The PEOPLE of the State of California, Plaintiff and Respondent, v. Paul Edward SHEARER, Jr., Defendant and Appellant.
Defendant appeals from judgment of conviction, after jury verdict, of violation of section 192, subdivision 3(a) of the Penal Code (misdemeanor manslaughter; driving a vehicle with gross negligence).1
1. No error in giving Instruction No. 20 (CALJIC No. 342 (revised).)
2. No error in refusing defendant's offered instructions.
About 11:55 on the evening of April 2, 1969, Melba Glenn had been driving a Corvair south on Highway 395, about three or four miles from Doyle, when going in the same direction defendant ran his pickup truck into the back of the Corvair, killing Miss Glenn. Ralph Keith, the first person to arrive at the scene of the accident, found defendant sitting behind the steering wheel of his truck and Miss Glenn's body lying in the middle of the road. There was evidence of bits of flesh, blood and clothing fibers found on the bumpers of both vehicles from which it could be concluded that Miss Glenn was out of her car when struck. The road leading up to the point of the accident was level and straight for a distance of approximately six-tenths of a mile. Three officers testified to smelling alcoholic beverages on defendant's breath at the scene of the accident, and later two testified that defendant was definitely under the influence of intoxicating liquor, their conclusion being based on defendant's manner of speech, alcoholic breath and manner of walking. A MOBAT balloon test to determine defendant's sobriety taken some three hours after the accident indicated defendant's blood alcohol content to be 24 milligrams per 100 cubic centimeters of blood or .24 grams. It was estimated that at the time of the accident it would have been .28 and to have a blood alcohol content of .24 defendant would have had to have the equivalent of about 10 drinks of 100-proof alcohol, or the same number of beers, in his system. The expert testified a person should not be driving with a blood-alcohol content of .10.
A skid mark of defendant's truck extended 78 feet to the point of impact with the Corvair, and that car traveled approximately 60 feet down the highway after being struck. The lights of the Corvair were on, the left rear tire was flat, and the wheel itself hung up at the time of the accident.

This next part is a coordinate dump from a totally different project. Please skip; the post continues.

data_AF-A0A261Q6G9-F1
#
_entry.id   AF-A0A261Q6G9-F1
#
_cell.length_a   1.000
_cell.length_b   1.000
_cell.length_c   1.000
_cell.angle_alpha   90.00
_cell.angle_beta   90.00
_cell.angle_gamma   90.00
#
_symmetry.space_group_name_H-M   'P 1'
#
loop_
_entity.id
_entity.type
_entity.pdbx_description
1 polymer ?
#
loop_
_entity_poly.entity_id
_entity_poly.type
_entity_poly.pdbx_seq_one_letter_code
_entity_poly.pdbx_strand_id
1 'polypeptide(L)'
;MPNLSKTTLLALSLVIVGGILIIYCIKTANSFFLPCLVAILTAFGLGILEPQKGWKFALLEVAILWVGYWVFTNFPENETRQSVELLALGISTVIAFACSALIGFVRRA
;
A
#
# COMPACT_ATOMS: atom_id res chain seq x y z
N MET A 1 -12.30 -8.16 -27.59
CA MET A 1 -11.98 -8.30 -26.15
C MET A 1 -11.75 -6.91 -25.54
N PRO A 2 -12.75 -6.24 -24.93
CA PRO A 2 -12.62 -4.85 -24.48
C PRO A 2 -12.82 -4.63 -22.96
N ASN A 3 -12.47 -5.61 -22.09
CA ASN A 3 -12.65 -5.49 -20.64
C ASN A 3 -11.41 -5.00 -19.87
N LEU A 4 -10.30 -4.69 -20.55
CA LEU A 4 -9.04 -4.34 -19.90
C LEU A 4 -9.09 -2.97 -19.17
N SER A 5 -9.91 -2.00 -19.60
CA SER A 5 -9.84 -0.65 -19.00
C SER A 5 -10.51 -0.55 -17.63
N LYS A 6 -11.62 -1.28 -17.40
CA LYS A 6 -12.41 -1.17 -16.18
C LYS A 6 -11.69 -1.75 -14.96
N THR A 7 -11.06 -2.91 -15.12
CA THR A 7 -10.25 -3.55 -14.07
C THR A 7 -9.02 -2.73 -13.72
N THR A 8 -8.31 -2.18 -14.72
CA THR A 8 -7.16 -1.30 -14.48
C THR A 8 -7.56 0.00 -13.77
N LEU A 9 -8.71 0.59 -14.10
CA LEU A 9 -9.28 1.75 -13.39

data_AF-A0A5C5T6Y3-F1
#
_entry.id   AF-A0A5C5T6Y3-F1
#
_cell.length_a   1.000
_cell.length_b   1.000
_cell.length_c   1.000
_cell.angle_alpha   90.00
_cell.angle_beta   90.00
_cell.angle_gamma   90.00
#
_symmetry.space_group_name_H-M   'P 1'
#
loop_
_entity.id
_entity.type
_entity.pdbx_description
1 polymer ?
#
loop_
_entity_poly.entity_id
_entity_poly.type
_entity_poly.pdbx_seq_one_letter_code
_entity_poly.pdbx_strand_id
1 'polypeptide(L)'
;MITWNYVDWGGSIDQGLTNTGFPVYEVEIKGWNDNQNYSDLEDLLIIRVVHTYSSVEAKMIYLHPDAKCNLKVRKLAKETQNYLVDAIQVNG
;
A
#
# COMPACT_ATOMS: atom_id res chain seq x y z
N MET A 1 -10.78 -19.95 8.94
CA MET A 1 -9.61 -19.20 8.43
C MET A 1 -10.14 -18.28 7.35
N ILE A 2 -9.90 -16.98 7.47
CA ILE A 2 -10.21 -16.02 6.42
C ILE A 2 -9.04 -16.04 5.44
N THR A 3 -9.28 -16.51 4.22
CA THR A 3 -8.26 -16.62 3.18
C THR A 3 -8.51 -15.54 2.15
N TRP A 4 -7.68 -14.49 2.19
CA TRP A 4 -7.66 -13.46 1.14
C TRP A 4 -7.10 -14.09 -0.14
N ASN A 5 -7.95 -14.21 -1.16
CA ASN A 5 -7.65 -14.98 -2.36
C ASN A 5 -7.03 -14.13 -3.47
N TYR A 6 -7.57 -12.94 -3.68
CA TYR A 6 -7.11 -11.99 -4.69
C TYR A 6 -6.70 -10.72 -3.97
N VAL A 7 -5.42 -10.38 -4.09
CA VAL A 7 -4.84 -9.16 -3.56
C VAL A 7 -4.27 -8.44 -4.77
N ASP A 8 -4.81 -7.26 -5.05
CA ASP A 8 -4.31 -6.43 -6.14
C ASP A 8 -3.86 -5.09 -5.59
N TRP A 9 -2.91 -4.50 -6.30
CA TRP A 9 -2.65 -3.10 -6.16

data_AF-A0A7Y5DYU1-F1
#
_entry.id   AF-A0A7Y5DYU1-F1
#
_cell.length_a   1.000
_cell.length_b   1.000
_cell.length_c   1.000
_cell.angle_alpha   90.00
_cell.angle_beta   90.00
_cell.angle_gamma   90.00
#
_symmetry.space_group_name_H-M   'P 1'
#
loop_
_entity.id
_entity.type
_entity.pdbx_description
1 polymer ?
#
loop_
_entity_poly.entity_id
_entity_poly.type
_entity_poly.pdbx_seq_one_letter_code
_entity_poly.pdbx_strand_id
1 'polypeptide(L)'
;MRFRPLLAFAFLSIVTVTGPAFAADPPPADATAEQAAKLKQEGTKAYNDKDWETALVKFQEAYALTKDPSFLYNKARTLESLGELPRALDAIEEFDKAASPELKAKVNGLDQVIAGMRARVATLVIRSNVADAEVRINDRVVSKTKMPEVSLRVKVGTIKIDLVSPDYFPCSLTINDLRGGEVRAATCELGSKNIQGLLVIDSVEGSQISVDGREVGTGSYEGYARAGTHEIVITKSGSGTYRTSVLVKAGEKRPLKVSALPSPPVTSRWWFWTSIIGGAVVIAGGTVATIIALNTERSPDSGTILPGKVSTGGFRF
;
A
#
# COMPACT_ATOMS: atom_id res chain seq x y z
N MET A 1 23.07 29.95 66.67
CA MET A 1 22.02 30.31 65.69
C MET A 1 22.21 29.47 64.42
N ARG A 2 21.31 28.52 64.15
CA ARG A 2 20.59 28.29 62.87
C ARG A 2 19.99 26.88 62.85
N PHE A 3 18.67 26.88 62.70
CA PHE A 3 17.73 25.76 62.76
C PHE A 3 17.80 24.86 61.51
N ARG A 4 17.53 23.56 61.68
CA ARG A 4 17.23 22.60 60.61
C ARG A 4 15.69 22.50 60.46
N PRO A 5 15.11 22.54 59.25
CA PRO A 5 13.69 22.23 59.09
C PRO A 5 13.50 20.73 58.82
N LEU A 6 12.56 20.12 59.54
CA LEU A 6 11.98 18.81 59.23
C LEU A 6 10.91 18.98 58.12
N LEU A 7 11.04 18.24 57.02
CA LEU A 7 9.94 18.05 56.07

Defendant called three friends who testified that on the day after the accident they examined the two vehicles at a service station and found no evidence of blood or flesh on either vehicle. Another witness talked to defendant at the scene but smelled no odor of alcohol. An engineer testified that following the accident there was no evidence that the Corvair had been incapacitated prior to the accident, and the skid marks indicated that the rear tire of the Corvair was inflated at the time the marks occurred. Defendant told an officer that he was driving about 60 miles per hour, came over a little hump in the road, was blinded by headlights and did not see the Corvair until he was 10 feet from it. He claimed there was no one around the car at the time of the accident.
At the trial defendant claimed to have had two bottles of beer, one glass of draft beer and after dinner two boubons and water.
Although he was only convicted of misdemeanor manslaughter, defendant's closing brief states that whereas the record shows that there was sufficient evidence to support a verdict of ‘felony manslaughter,’ there was also ample evidence to support a not guilty verdict. The brief is wrong in the latter statement.
‘* * * It is well established * * * that a homicide proximately caused by the driving of an automobile while under the influence of intoxicating liquor is manslaughter,’ within the meaning of subdivision 3(a), section 192, of the Penal Code. (People v. Hernandez (1966) 242 Cal.App.2d 351, 358, 51 Cal.Rptr. 385, 390.) Failure of defendant to see the victim does not excuse his grossly negligent conduct. (People v. Hoe (1958) 164 Cal.App.2d 502, 509, 330 P.2d 907.) A recital of the circumstances of the accident is alone all that is necessary to show that defendant acted with gross negligence. (See People v. Costa (1953) 40 Cal.2d 160, 252 P.2d 1, where the defendant was held guilty of demonstrating an entire failure to exercise care and a conscious indifference to consequences under circumstances surprisingly similar to those in the case at bench.)